If you have been looking into Openstack as a standardized api for your cloud infrastructure you have undoubtedly realized how complex it is to get an Openstack environment up and running. VMware Integrated Openstack or VIO takes the deployment of Openstack and literally makes it brain dead simple. I mean let’s face it, if I can deploy it then you know it’s simple 😉 About a year ago started down the path of deploying open stack into the MoaC lab. The project was very short lived because I just didn’t have weeks to dedicate to getting it done. Fortunately VIO has been released and I can now implement Openstack in the Moac is about an hour. No that wasn’t one of my many typos you may find in my articles I did mean to say “an hour”.
Before you say why should I buy Openstack from VMware when it’s an open source project, let just say because it’s free! Well sort of. It’s free for all customers with vSphere Enterprise Plus, vSphere with Operations Management Enterprise Plus or vCloud Suite. Chances are if you are interested in Openstack you fit into one of these buckets and you can get it for free.
What is deployed as part of VIO?
So what do you get when you deploy VIO. Well for starters you get 13 vm’s built out and configured for you automatically by the VIO installer. Not only does the installer do all the work for you, but the implementation is a production ready solution. Redundant Load Balancers, Redundant Controllers, Redundant Memcache Servers, Redundant RabbitMQ servers and a three node MariaDB database cluster. Oh and if you are using NSX it gets even better. Pre-configured distributed firewall rules, edge deployment and integration with Neutron. Who can argue with that? Oh and have I mentioned that it is Openstack? The API’s are unchanged by VMware. They are the same API’s nothing added or removed so you are not locked in. The deployment is released in accordance with the Openstack standards.
Wait I heard it only supports vSphere?
You did hear correctly. It only supports vSphere as a hypervisor, but is that really a bad thing? There are many benefits to this. Just think about having end to end support for your Openstack deployment. The benefits of that alone huge. Calling one support line that can handle it all. Aside from that you get all the great benefits that vSphere has offered for years. Don’t get me wrong I love open source software and I run a ton of it, but KVM just doesn’t compare to the reliability, simplicity, and features of vSPhere. Anyway only vSphere is supported, but there is nothing wrong with that in my book.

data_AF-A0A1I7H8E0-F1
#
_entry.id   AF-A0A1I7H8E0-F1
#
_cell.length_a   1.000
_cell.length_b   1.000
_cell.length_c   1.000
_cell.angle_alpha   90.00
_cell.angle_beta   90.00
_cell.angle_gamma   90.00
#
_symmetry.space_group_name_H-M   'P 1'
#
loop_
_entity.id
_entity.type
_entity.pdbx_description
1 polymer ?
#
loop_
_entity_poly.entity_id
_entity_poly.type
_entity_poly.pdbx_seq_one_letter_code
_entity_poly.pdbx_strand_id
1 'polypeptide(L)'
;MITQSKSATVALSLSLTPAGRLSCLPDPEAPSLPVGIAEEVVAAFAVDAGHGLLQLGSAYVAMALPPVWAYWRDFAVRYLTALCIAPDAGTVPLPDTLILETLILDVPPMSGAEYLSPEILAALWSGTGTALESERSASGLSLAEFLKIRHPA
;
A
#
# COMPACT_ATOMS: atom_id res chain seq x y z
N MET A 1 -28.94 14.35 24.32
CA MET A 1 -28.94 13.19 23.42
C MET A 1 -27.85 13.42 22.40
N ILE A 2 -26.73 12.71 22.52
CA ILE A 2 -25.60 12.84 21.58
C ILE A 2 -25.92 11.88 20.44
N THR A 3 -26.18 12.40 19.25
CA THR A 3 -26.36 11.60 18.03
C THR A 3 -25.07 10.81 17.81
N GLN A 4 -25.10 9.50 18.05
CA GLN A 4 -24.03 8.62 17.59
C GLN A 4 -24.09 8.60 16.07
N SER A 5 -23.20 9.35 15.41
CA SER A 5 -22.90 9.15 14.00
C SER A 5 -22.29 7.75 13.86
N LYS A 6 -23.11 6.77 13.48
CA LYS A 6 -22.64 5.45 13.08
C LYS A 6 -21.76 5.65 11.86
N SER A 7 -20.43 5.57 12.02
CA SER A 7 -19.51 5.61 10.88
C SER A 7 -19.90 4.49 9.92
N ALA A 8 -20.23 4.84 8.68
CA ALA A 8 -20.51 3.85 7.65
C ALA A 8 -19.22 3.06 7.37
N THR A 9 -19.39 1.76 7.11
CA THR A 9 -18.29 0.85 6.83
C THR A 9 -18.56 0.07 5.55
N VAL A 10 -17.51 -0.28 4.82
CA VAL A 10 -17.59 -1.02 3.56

How does this compare to vRA?
How does VIO compare to vRA? It doesn’t! OpenStack is not a competitor to vRA. Openstack is a standardized API, that’s it. It doesn’t have any compliance, governance, lifecycle, etc that vRA provides. I will say the vRA installer can learn a little something from the VIO installer. Openstack is really nothing more than a standardized way for developers to write code that can interact with your infrastructure. You can feel free to start throwing old fruit, but that is what it is. Don’t get me wrong I’m not downplaying the value is a unified API for your infrastructure. Openstack is awesome and having a standardized API is invaluable, but it’s not the same as vRA.
There are many other benefits to using VIO especially if you are or will be using NSX. Over the next few weeks I will be going through the VIO setup and publishing more information on the benefits and value of VIO so be sure to check back and see what it’s all about.